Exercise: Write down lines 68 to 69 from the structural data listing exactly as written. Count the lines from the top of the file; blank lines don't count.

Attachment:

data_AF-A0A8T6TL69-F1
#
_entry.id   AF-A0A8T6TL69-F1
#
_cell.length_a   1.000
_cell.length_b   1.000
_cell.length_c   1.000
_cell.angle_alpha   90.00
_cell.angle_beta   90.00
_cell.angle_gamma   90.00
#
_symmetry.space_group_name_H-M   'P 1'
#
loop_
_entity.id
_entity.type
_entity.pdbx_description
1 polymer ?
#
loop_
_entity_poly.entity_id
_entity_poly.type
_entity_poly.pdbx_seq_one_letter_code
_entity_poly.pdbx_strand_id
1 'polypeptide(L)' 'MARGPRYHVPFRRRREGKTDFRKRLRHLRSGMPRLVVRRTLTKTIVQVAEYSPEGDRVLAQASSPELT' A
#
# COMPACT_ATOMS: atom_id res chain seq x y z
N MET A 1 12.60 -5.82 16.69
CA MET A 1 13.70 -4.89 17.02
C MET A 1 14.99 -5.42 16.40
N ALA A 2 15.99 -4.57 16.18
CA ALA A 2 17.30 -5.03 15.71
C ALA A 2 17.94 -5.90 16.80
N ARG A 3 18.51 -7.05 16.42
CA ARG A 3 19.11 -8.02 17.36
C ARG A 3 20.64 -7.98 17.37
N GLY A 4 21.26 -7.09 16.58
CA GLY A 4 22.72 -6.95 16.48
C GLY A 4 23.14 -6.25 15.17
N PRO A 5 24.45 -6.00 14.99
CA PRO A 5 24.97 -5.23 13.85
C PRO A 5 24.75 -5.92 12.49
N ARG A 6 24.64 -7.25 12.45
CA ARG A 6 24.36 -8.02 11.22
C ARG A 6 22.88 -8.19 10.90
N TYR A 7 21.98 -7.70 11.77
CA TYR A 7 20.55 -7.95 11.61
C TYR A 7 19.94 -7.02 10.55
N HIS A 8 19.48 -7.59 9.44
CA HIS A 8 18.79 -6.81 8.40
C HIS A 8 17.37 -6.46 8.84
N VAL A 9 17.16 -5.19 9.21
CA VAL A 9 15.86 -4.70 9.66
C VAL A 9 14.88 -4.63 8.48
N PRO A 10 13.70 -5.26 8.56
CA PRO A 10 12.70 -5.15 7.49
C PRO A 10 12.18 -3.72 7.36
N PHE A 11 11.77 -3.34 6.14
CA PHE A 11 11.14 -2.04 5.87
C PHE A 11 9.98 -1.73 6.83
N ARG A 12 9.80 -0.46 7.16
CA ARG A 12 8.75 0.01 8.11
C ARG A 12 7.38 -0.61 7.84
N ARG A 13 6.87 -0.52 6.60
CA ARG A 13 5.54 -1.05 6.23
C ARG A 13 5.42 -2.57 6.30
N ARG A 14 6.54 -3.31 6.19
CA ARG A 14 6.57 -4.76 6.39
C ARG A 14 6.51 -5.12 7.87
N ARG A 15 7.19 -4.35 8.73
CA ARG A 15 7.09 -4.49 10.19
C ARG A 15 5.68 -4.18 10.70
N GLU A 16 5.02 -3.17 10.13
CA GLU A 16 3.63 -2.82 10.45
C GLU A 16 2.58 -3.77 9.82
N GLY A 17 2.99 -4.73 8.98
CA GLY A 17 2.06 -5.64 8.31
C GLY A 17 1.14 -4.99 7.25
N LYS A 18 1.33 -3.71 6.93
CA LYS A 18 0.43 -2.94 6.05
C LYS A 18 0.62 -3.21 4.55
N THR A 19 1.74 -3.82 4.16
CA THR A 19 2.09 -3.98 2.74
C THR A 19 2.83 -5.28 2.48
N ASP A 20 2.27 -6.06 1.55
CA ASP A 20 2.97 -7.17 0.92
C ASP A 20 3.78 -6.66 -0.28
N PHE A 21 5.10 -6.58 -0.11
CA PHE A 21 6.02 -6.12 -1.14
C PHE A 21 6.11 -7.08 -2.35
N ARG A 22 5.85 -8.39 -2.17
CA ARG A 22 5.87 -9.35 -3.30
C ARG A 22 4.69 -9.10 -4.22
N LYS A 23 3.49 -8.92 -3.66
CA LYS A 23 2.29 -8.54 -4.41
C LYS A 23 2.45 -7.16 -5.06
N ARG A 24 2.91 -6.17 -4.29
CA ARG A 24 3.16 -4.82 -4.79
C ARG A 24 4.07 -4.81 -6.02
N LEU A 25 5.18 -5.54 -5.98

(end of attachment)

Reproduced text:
CA ARG A 14 6.57 -4.76 6.39
C ARG A 14 6.51 -5.12 7.87